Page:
Seqirus is part of CSL Limited (ASX: CSL). As one of the largest influenza vaccine providers in the world, Seqirus is a major contributor to the prevention of influenza globally and a transcontinental partner in pandemic preparedness. With state-of-the-art production facilities in the U.S., the U.K. and Australia, and leading R&D capabilities, Seqirus utilizes egg, cell and adjuvant technologies to offer a broad portfolio of differentiated influenza vaccines in more than 20 countries around the world.
CSL (ASX:CSL) is a leading global biotechnology company with a dynamic portfolio of life-saving medicines, including those that treat hemophilia and immune deficiencies, as well as vaccines to prevent influenza. Since our start in 1916, we have been driven by our promise to save lives using the latest technologies. Today, CSL — including our two businesses, CSL Behring and Seqirus – provides life- saving products to more than 100 countries and employs more than 27,000 people. Our unique combination of commercial strength, R&D focus and operational excellence enables us to identify, develop and deliver innovations so our patients can live life to the fullest. For more information about CSL Limited, visit www.csl.com.
For more information visit www.seqirus.com and www.csl.com.
This press release is issued from Seqirus USA Inc. in Summit, New Jersey, USA and is intended to provide information about our global business. Please be aware that information relating to the approval status and labels of approved Seqirus products may vary from country to country. Please consult your local regulatory authority on the approval status of Seqirus products.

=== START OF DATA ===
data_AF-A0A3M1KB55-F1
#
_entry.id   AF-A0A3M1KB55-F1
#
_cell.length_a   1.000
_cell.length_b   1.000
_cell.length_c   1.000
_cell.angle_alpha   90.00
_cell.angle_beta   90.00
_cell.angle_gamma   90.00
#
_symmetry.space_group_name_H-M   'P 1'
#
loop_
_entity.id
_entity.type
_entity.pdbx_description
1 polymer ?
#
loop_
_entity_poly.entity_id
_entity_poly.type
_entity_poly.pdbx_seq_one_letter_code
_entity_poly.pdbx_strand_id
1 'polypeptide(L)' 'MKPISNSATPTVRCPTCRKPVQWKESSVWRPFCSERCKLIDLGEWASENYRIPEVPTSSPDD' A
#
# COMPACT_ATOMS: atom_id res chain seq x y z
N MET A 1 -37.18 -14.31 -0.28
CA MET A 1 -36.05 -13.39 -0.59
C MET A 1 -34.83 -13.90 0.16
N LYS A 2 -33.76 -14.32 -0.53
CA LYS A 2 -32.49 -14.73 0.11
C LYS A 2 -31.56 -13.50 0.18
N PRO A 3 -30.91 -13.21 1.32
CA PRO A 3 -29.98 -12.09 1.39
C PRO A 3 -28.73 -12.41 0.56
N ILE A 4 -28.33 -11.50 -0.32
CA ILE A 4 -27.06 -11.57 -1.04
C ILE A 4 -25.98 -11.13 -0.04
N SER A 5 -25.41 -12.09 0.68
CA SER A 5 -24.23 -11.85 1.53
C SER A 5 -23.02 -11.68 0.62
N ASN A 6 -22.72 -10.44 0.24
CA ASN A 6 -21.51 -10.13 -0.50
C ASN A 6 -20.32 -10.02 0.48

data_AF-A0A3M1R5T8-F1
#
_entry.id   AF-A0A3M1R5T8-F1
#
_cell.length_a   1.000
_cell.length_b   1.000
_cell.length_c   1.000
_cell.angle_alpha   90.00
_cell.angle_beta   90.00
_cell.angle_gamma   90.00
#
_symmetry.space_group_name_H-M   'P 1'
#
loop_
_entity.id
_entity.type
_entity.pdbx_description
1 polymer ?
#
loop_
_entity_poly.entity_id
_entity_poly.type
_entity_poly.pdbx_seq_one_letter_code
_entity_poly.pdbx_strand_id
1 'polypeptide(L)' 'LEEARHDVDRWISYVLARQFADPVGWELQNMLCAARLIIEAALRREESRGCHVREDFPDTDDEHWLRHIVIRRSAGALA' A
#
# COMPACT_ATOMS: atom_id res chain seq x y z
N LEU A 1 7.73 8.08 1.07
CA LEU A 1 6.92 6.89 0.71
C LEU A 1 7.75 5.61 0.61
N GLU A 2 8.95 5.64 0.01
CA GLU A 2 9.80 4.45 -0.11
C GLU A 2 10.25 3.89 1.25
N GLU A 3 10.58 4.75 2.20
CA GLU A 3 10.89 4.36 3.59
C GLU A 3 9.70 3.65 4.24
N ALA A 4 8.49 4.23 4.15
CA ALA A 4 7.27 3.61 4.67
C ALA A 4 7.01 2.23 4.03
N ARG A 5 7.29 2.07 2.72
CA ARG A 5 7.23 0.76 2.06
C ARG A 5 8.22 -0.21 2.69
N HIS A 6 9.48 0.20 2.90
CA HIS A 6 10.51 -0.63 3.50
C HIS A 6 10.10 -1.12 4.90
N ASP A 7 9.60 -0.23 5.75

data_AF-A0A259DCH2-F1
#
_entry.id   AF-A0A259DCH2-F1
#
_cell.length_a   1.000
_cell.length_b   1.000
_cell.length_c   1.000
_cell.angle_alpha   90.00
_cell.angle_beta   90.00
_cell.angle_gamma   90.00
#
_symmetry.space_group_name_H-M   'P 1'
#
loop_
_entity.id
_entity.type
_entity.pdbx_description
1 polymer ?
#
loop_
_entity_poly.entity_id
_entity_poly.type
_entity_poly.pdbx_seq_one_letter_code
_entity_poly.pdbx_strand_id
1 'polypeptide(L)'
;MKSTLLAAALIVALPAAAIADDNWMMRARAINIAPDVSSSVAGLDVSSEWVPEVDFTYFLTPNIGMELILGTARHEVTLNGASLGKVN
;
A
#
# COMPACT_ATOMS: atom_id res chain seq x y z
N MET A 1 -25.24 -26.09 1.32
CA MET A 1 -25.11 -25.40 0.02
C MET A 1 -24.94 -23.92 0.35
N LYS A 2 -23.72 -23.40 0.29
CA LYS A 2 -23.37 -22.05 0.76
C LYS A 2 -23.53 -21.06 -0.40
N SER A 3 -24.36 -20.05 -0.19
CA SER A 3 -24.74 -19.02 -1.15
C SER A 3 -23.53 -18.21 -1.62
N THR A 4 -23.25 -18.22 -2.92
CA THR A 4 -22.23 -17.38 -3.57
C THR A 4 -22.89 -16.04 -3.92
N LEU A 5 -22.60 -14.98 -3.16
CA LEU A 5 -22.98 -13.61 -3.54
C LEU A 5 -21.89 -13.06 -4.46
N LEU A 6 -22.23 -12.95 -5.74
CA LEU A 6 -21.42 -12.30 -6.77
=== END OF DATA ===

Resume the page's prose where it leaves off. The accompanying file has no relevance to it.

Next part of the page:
This press release may contain forward-looking statements, including statements regarding future results, performance or achievements. These statements involve known and unknown risks, uncertainties and other factors which may cause our actual results, performance or achievements to be materially different from any future results, performances or achievements expressed or implied by the forward-looking statements. These statements reflect our current views with respect to future events and are based on assumptions and subject to risks and uncertainties. Given these uncertainties, you should not place undue reliance on these forward-looking statements.
FLUCELVAX® QUADRIVALENT (Influenza Vaccine) IMPORTANT SAFETY INFORMATION
What is FLUCELVAX® QUADRIVALENT (Influenza Vaccine)?
FLUCELVAX QUADRIVALENT is a vaccine that helps protect people aged 2 and older from the flu. Vaccination with FLUCELVAX QUADRIVALENT may not protect all people who receive the vaccine.
Who should not get FLUCELVAX QUADRIVALENT?
You should not get FLUCELVAX QUADRIVALENT if you have had a severe allergic reaction to any of the ingredients in the vaccine.
Before receiving FLUCELVAX QUADRIVALENT, tell your healthcare provider about all medical conditions, including if you:
- have ever had Guillain-Barré syndrome (severe muscle weakness) within six weeks after getting a flu vaccine. The decision to give FLUCELVAX QUADRIVALENT should be made by your healthcare provider, based on careful consideration of the potential benefits and risks.